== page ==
Today’s thoughts are about freedom in 2020. A small initiative I have chosen to add to the site is Thoughts. It’s a mental dump. It’s reflection. To understand the topics and issues that my little head constantly raises.

What is freedom?

In my quiet mind, I’ve long pondered what modern freedom truly means. I had to confront these ideas for the first time in early 2020. I had to do something I didn’t want to do when I was suddenly asked or ordered to.
I was sent home. I was made to fear. And I was asked to lug a bandage. The “then” lethal virus that shut down the world.
This infringed on my personal freedom and I had to spend weeks explaining why and how things happened.
The way I felt during this time period says a lot about me. It also says something about perspective and freedom.

In addition to human rights and criminal law, there is something called personal freedom.

Perspective is personal Freedom

It suddenly occurred to me that what I consider freedom (my personal freedom) has been eroding for several years. My freedom to think, reflect, and express me. Most importantly, my freedom to express myself has been weakened.

To understand where I am in my own personal freedom, I had to first dive into the world of philosophy. I wanted to know what true freedom is.

But what do I fear for my personal freedom?

To avoid sounding like a scrub crazy conspiracy theorist, I will list some of the threats to our personal freedom in 2020.
Your phone

Phone Freedom

Many of us have felt safe with our phones for years. We have enjoyed the user-friendly features such as always knowing where we are, instant digital knowledge, etc.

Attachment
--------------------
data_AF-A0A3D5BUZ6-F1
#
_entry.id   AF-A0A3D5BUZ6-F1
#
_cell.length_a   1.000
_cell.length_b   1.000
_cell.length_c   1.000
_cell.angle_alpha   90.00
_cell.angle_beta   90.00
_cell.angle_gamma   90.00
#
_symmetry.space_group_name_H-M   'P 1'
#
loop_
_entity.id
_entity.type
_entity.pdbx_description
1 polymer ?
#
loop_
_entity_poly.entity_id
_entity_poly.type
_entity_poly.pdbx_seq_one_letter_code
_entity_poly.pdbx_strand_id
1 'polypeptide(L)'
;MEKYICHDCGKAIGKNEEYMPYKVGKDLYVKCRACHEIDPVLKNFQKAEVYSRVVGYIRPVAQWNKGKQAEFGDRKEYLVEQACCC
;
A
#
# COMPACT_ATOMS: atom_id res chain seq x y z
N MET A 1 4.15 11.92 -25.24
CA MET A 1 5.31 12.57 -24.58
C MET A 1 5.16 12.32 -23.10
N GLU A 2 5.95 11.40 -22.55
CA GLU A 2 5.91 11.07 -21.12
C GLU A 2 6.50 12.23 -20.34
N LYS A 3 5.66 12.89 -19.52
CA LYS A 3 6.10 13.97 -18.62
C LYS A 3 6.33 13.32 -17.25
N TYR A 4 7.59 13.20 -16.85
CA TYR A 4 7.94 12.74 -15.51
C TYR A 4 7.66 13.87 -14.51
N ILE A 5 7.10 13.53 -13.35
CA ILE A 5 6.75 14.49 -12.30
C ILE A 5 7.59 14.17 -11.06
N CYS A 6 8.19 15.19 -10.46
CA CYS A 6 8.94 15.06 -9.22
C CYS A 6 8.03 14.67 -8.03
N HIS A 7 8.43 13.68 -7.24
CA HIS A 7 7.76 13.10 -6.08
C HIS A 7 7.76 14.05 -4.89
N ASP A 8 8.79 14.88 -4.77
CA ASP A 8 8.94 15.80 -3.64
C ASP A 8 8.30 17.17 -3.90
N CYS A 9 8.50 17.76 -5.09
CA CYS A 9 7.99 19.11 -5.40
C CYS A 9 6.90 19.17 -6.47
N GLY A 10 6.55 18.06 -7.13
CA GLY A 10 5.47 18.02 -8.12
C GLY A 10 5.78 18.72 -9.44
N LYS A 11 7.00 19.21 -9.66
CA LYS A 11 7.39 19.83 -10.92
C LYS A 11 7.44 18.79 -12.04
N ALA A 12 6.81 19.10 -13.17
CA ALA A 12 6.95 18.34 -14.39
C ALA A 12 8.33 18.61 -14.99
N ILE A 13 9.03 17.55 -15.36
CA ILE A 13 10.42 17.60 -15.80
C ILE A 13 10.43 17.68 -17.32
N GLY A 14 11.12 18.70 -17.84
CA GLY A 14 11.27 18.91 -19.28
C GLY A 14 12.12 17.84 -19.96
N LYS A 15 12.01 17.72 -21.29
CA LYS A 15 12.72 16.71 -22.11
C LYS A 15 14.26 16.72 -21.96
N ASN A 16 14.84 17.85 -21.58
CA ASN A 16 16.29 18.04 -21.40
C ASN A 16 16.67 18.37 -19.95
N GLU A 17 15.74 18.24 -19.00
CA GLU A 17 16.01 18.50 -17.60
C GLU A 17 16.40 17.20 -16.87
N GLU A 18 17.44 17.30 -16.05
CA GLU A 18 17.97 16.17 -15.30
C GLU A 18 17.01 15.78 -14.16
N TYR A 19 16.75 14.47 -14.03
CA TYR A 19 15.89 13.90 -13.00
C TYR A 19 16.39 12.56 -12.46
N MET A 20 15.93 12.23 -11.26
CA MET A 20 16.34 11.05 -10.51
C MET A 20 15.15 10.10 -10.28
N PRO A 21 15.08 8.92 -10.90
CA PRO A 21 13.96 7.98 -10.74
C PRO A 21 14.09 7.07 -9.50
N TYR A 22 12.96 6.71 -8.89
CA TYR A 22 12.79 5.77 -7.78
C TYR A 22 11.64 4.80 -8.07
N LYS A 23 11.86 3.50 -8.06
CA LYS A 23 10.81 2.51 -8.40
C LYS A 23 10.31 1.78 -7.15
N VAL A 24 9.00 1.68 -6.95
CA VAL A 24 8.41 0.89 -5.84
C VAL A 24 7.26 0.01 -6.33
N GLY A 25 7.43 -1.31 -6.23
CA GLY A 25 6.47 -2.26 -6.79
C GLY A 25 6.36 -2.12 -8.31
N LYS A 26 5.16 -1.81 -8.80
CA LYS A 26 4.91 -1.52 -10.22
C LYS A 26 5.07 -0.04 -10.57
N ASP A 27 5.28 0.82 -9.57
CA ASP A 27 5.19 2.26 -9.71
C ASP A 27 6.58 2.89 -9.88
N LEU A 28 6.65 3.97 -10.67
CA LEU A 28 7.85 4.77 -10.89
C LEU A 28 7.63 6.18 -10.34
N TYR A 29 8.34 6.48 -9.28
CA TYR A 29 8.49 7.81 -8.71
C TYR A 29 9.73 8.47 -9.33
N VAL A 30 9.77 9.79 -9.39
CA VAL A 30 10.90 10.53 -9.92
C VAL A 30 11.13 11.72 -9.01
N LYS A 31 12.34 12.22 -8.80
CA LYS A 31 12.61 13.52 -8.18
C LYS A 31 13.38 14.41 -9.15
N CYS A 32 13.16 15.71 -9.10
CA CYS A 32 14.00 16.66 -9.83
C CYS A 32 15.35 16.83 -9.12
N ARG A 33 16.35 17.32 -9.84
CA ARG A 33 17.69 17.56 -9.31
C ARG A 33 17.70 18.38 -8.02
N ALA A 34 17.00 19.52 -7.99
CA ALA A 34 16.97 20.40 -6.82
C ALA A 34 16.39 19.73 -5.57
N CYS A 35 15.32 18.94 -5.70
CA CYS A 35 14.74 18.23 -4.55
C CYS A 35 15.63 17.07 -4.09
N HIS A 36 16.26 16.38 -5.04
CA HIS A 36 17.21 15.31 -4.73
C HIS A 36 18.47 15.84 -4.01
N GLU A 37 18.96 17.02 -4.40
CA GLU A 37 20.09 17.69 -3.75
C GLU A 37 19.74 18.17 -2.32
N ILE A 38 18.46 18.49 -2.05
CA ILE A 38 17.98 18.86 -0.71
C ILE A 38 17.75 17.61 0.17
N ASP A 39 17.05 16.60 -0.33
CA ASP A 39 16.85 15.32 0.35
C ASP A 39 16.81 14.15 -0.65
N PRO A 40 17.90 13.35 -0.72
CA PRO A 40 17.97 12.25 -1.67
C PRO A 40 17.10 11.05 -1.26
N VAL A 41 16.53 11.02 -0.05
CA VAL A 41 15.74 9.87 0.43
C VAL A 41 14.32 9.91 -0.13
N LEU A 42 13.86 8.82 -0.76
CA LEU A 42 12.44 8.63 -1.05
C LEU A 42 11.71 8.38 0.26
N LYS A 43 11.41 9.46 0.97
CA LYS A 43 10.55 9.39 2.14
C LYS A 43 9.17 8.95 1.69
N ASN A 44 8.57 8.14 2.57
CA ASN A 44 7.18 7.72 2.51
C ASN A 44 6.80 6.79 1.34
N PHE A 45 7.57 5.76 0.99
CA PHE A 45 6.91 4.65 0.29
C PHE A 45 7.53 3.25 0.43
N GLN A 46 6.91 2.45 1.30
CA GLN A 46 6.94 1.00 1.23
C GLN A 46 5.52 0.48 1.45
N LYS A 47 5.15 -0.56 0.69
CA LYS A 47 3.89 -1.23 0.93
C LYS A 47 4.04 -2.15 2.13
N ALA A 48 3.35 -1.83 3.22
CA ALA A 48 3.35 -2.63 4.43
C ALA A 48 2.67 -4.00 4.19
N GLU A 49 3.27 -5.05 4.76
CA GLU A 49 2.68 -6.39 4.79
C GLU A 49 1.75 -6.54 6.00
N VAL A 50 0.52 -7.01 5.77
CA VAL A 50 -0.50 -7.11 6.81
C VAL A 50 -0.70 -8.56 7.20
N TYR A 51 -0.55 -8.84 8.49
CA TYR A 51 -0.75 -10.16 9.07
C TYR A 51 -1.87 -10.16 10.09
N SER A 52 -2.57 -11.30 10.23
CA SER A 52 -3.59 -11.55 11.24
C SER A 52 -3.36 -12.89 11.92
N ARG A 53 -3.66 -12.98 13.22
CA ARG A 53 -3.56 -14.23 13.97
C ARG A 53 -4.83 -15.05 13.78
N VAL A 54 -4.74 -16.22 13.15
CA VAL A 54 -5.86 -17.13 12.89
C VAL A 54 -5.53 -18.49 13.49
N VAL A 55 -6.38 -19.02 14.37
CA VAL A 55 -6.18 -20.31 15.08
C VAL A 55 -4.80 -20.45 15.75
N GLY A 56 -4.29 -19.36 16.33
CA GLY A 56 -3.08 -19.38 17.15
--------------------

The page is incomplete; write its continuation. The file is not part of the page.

Sadly, few (including myself) read the terms and conditions before using these otherwise useful apps and features. That’s why many of us haven’t considered how many people have access to our data. So it doesn’t bother me because what should the data be used for? It tells a lot about one’s behaviour and can be abused in many ways. The idea that people can get so close to one without even realizing it makes me uneasy. To me, that means everyone can look through my wallet and find my information.

Me and Freedom with No Social Media

I’m not talking about what social media stands for, but rather how they encourage us to look alike, eat alike, go to the same places, shop alike, and be “just as good” as everyone else. I’m sick of seeing cardamom spinners, organic green juice, and rainbow diamond earrings in a mirror with a wide white plastic edge. It’s boring, but for some reason people admire it. Fear of deviating from the unwritten collective consensus. Copies are unhealthy. We lose creativity, independence, and reflection. And I see that as a threat to personal freedom.

“A free man is an authentic man,” he wisely stated. That’s also my point.

Political correctness

Freedom and correctness, If social media hasn’t made you conform to the norm, this point may be the most concerning. Because we all want to be “right and good,” those who disagree with us are labeled “evil” or “wrong.” This means they should keep quiet while speaking positively. It’s okay to be ashamed of those who disagree.

For some, this means the person with the different attitudes must be ashamed or worse, completely silent. So why is this a crime? It does so because I believe that opposites attract us as humans. When issues arise. When expressing views. When differences converge. It does so because I believe in questioning things, whether they are political reforms, new rules, or values.

I think it’s a shame we can’t eat fish-shaped sweets or yell at our kids when they do wrong. I’m sorry some people avoid people they disagree with. Why can’t we accept each other’s differences?

How do we get free?

Acceptance is the first step, in my opinion. Whether we agree or not. But that doesn’t mean we can’t question each other’s views, attitudes, and feelings. HUMANITY NEEDS EACH OTHER! So let’s inspire each other! Not by scrolling Instagram or Tiktok all day. We must disagree but also try to understand. We must question and debate. Otherwise, you risk losing your freedom. That was this week’s thinking. I hope it got you thinking. How do you see freedom in 2020?